I’m sorry you have not been pleased with the quality of the program at your child’s school. Each of our partner schools does pay for a portion of the program, and ETM raises money to fund the rest. Some schools pay a significant portion, and that is in fact part of our long-term goal for schools to run their own music education programs. We believe music education should be part of every school’s budget, so we work with principals to help them build costs into their budgets over time. We negotiate fees each year with each principal, and we ask schools to increase their financial commitment as time goes on. Many of our partner schools have in fact hired certified music teachers to their own staff after beginning to partner with ETM, and we are excited when this happens, as it makes music a more permanent part of the school. We have been strengthening our efforts to hire more teachers with education backgrounds. The only way we will be able to help each school move down a path of hiring teachers is if we can provide them with strong candidates, and that is something we are working on. As of the fall of 2010, over half of our music teachers have a degree in music education and/or are certified music teachers, and still more are pursuing certification or additional degrees. Our audited financial statements and annual filings with the IRS are publicly available. Please contact me if you would like additional information about the budget for the program at your school. Katherine Damkohler Executive Director Education Through Music, Inc. 212-972-4788 kdamkohler@ETMonline.org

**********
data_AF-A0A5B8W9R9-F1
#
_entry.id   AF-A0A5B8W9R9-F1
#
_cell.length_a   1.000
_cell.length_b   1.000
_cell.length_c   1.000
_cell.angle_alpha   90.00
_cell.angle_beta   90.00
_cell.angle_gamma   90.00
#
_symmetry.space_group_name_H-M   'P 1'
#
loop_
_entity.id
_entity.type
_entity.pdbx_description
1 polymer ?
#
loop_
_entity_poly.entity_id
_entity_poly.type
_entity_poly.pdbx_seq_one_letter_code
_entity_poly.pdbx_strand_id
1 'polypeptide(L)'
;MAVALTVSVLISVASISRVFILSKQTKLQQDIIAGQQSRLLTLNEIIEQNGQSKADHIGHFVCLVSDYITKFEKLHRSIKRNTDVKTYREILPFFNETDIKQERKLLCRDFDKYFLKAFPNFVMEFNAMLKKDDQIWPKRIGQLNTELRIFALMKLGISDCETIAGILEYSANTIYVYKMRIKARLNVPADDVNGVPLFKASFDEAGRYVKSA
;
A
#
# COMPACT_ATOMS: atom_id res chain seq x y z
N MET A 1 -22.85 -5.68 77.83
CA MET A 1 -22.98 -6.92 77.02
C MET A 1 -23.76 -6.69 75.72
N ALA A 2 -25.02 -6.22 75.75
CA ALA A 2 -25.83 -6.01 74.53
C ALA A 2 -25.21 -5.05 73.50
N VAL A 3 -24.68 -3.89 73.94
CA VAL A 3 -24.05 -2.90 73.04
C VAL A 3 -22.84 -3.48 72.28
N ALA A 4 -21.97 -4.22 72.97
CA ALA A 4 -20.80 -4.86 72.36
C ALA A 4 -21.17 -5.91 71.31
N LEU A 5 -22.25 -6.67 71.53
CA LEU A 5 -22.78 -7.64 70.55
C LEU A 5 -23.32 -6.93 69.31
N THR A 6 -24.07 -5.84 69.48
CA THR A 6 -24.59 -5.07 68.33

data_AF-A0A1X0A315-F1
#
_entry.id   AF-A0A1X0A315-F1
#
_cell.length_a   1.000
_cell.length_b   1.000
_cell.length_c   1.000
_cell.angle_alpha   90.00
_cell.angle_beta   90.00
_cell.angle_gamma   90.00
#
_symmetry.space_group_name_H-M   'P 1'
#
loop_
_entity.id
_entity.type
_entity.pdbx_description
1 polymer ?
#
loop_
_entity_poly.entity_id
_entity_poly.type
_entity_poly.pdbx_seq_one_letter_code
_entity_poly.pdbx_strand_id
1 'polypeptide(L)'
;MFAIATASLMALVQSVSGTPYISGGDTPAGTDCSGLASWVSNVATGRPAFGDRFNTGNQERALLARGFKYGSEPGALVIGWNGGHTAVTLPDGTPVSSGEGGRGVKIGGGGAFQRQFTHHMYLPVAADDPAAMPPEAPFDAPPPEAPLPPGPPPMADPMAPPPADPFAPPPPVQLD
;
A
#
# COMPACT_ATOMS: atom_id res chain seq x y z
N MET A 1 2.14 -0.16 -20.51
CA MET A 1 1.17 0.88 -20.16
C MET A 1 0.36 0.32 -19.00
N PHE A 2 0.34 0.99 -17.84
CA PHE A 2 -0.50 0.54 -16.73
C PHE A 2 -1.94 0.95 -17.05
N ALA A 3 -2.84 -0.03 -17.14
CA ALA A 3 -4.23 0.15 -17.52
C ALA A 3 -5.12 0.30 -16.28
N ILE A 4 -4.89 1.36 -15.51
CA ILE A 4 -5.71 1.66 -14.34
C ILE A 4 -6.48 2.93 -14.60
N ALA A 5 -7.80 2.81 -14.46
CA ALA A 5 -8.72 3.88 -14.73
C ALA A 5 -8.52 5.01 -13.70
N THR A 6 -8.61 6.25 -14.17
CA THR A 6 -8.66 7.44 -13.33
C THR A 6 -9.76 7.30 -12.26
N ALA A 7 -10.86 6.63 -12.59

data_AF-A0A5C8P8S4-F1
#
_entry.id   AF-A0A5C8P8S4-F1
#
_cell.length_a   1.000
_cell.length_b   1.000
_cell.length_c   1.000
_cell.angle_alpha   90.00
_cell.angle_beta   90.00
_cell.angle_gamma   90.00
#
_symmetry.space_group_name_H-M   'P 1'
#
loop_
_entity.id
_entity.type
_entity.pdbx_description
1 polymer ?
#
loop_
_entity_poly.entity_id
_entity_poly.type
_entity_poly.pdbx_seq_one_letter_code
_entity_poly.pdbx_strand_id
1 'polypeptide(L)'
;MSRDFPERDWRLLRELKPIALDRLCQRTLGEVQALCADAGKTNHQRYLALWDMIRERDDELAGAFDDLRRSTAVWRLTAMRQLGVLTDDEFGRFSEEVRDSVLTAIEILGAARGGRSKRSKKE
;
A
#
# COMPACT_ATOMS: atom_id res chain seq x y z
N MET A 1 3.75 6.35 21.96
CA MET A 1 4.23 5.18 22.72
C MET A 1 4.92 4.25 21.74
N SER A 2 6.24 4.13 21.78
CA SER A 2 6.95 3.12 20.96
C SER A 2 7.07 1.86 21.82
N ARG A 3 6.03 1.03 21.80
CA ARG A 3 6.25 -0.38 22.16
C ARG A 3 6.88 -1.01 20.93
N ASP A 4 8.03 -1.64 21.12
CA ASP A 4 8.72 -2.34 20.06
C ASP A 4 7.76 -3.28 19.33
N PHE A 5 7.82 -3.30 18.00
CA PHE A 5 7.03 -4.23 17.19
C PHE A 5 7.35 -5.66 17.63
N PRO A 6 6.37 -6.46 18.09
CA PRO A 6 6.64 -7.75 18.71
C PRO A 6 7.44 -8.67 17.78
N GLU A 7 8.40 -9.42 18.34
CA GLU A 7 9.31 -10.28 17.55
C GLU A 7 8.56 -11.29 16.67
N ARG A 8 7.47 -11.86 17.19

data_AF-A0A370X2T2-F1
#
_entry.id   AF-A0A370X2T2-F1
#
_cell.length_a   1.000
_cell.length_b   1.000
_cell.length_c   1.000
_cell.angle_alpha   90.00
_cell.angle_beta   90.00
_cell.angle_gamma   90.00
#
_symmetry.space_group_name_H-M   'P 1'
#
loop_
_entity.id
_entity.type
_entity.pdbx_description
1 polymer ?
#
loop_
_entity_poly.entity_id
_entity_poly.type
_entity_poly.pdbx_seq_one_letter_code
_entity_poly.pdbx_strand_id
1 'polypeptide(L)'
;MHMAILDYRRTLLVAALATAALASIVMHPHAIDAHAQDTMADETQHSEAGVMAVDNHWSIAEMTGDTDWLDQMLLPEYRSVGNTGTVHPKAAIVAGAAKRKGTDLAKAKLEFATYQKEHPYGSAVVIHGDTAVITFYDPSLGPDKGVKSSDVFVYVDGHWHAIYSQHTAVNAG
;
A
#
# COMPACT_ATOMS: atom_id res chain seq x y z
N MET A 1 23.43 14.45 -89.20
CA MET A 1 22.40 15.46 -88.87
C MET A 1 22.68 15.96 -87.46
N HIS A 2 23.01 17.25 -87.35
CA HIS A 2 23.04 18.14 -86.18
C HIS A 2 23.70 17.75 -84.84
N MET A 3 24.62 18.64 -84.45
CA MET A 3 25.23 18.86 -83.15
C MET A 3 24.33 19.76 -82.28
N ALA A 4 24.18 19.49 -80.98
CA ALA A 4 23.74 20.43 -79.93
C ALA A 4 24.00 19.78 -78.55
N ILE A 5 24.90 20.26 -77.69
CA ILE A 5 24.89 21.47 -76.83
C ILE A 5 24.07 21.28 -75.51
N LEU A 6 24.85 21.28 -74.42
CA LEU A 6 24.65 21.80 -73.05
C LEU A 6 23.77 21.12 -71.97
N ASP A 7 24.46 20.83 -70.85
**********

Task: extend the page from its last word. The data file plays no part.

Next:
I worked for Education Through Music for about three years, and in that time I was impressed on a daily basis by the real impact that the organization was having on the lives of disadvantaged students. It was always an inspiration to go see the program in action in the partner schools, and the student performances showed the students' measurable progress and developing love of music.
Education Through Music believes every child should have a well-rounded education that includes music both as a subject and as a means of supporting learning in other areas. I believe this is an accurate description of how this program has been implemented in our school. Students are given the opportunity to learn a variety of subjects with the support of music. Music teachers incorporate the units of study currently being taught into their music class. They use music to explain concepts in a different and unique way. Students are able to use hands on materials, such as instuments, to get them involved in learning the material. Every student also has the chance to perform in a concert twice a school year which allows the school to come together and support one another.